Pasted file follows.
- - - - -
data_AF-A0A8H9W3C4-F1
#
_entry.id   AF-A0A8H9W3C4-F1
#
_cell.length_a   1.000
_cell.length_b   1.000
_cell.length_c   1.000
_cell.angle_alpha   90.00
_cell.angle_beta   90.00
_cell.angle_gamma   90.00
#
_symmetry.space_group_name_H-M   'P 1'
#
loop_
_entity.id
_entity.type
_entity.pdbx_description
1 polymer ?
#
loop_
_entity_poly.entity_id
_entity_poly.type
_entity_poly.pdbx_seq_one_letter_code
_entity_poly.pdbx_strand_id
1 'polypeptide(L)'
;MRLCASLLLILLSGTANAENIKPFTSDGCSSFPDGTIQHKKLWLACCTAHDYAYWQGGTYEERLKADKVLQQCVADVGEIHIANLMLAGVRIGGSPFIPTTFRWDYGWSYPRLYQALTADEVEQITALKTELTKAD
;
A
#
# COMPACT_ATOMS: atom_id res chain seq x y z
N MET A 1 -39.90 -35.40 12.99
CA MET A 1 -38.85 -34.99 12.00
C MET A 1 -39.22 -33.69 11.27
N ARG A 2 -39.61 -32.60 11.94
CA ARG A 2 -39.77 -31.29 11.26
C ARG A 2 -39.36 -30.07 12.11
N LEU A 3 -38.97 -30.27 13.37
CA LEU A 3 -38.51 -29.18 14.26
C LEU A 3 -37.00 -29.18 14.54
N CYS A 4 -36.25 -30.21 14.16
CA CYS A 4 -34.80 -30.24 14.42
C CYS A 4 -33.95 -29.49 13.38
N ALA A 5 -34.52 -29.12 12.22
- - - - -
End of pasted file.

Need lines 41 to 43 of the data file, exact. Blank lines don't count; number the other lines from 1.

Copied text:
CA CYS A 4 -34.80 -30.24 14.42
C CYS A 4 -33.95 -29.49 13.38
N ALA A 5 -34.52 -29.12 12.22